We all know by now that Norwich City have announced a revamp of the membership system in advance of the new season. You get the feeling that the club knew that this was going to be a proverbial lead balloon. That Zimbo was wheeled out as the face of it was telling, he having rightly emerged as a man of the people, not just for his obvious effort and tackling with his head, but refusing to leave the ground until he’s personally been round and thanked everyone. Interestingly, Ben Kensell had already defended the unpopularity of the scheme before the day was out, getting the club’s retaliation in first it seemed.

Let’s have a look at some fundamental facets of the new system. On the back of the greatest season in living memory we have become so used to the club getting everything right both on and off the field. Not since Yanic walked through the door have we had that strange sinking feeling that the club have fucked up. So, to the detail:

1 – Home prices: The lb30 cap on away tickets has been a rare beacon of social conscience amongst the ever-increasing greed of the Premier League in recent years. That the club should wish to standardise this across the ground by extending it to home casual tickets makes perfect sense.We would all in principle support the notion of making casual football more affordable to more people. More people through the gates is obviously good for the club in lots of ways, and ultimately the pleasures of supporting your team are not to be kept to yourself, but to be shared with anyone who is willing. However, although nobody wants to see a race to the bottom between different tranches of supporters, but a ticket in the Lower Barclay works out at just under lb27 per game. Of course, STH’s have the comfort of knowing their seat is guaranteed for the whole season, and demand is likely to dictate that most casual purchasers will be disappointed more often than not this season. But if you practically need the Duckworth-Lewis Method to establish a worthwhile commodity in the tickets bought by the supporters who commit to every game and often pay well in advance, then the intrinsic value is evidently questionable.

Furthermore, a season ticket has become a ticket purely for home games, with little or no value for buying away tickets, it being effectively in the fourth priority group of five. This is in some contrast to the previous system which deemed it to be worth a hefty 1,000 away points, enough to get you a solid start up the priority order. A few away games was enough to virtually see you into the top bracket. This has the effect of virtually eliminating the cohort of season ticket holders who wish to attend a handful of away games, especially if the wish for some of those games to be those of greater demand. As with every budget, there is a squeezed middle, and this is ours.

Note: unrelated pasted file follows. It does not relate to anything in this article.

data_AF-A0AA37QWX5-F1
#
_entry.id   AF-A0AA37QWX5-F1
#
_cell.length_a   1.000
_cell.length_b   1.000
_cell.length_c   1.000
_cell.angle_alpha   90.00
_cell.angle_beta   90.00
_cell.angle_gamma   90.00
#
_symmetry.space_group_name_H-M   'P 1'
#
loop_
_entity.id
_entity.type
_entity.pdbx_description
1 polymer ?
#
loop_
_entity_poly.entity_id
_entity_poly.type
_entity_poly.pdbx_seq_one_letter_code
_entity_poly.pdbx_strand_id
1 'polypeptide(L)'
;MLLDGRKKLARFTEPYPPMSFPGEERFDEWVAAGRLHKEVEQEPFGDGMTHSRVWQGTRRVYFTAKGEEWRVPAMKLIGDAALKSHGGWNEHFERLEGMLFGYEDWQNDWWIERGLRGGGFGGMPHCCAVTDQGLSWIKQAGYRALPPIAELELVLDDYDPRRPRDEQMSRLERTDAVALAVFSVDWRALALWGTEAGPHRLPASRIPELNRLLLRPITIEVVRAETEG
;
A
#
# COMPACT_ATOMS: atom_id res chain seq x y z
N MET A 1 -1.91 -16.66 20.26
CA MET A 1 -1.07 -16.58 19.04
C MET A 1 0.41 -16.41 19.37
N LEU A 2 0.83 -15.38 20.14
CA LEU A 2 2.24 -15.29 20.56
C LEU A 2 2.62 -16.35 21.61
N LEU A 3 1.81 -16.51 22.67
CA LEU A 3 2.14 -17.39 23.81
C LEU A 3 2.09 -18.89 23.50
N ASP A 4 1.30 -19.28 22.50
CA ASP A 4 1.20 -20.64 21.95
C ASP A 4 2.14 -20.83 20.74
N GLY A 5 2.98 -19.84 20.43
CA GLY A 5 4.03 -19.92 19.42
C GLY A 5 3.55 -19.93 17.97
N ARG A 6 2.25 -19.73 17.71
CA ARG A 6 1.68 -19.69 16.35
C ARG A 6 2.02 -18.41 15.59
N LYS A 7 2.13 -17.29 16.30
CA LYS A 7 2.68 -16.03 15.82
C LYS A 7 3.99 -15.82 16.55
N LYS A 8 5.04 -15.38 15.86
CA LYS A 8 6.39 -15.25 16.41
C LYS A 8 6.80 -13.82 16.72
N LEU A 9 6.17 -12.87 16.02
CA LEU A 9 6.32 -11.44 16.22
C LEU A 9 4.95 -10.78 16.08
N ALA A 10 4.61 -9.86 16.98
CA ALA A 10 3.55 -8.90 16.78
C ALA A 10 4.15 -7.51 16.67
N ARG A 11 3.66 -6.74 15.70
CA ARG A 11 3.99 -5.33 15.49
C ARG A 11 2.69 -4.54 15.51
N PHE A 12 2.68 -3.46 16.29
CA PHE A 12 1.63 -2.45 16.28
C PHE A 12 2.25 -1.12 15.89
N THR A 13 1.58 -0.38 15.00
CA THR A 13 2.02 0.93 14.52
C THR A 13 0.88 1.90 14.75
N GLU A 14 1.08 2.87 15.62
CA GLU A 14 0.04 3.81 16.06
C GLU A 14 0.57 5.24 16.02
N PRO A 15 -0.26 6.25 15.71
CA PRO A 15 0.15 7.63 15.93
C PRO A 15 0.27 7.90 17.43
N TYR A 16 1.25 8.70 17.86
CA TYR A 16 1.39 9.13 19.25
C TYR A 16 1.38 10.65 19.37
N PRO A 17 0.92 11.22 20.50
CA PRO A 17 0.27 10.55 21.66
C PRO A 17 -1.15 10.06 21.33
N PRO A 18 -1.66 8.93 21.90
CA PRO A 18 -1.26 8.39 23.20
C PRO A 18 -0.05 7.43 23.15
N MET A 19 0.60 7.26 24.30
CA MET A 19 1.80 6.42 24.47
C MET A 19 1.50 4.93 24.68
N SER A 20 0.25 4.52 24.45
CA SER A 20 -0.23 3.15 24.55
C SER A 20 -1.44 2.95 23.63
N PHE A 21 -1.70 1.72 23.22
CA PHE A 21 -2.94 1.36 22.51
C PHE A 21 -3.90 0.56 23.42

2 – Priority:It is admittedly a thankless task to try and establish what “loyalty” constitutes. The truth is it comes in many forms: longevity of support, financial commitment, effort in attending games. All are laudable merits between which it is impossible to objectively distinguish. The club acknowledge this, stating in the press release that “it is important to reward loyalty.” However, this is where there most obvious technical misjudgement would appear to lie. The new priority system has greater potential to bypass loyalty, whatever it may constitute, rather than reward it. Nobody would dispute that those who attend the majority of away games should come uppermost in any priority list, and they will continue to do so in the “priority” window. But these hardy few were already well-catered for under the old scheme as away season ticket holders. It’s not entirely clear to me but they may now face an additional one-off cost of lb40 as well as the added administrational task of ordering their tickets. However, as they were already the prioritised few and still remain so, the devil is in the detail of whichever group comes next. As the next group, tellingly named “Premier,” is a direct access group with no concession to previous purchasing (other than a temporary lb10 discount) or existing memberships or season ticket status, is surely a misjudgement on the club’s part. It means that the anti-christ in this whole debate, the supporter who has never been to fucking Yeovil away or any other game in his whole life, can now roll up, buy himself a Premier and look forward to getting half-and-half scarves galore.

It’s a shame that we are having this debate of course. There is so much to look forward to. Perhaps moaning about insignificant things shows that we have finally arrived amongst the self-serving grandiosity of the Premier League.

Small clubs in the bottom half of the football league, Ipswich for example, would give their hind teeth to have this in their in-tray.

Also, for the first time in many years we genuinely appear to have a team that could not only survive, but excel, at this level, and enjoy doing it.

The ultimate bottom line that the apex between the appeal of watching our team and the availability of tickets at our ground and in various away ends has just become so acute that someone is going to get hurt.

But the real shame is this: Last season was the fifth time we’ve been promoted in 15 years, but the first time that we had done it with such unity between the players, the manager and the supporters.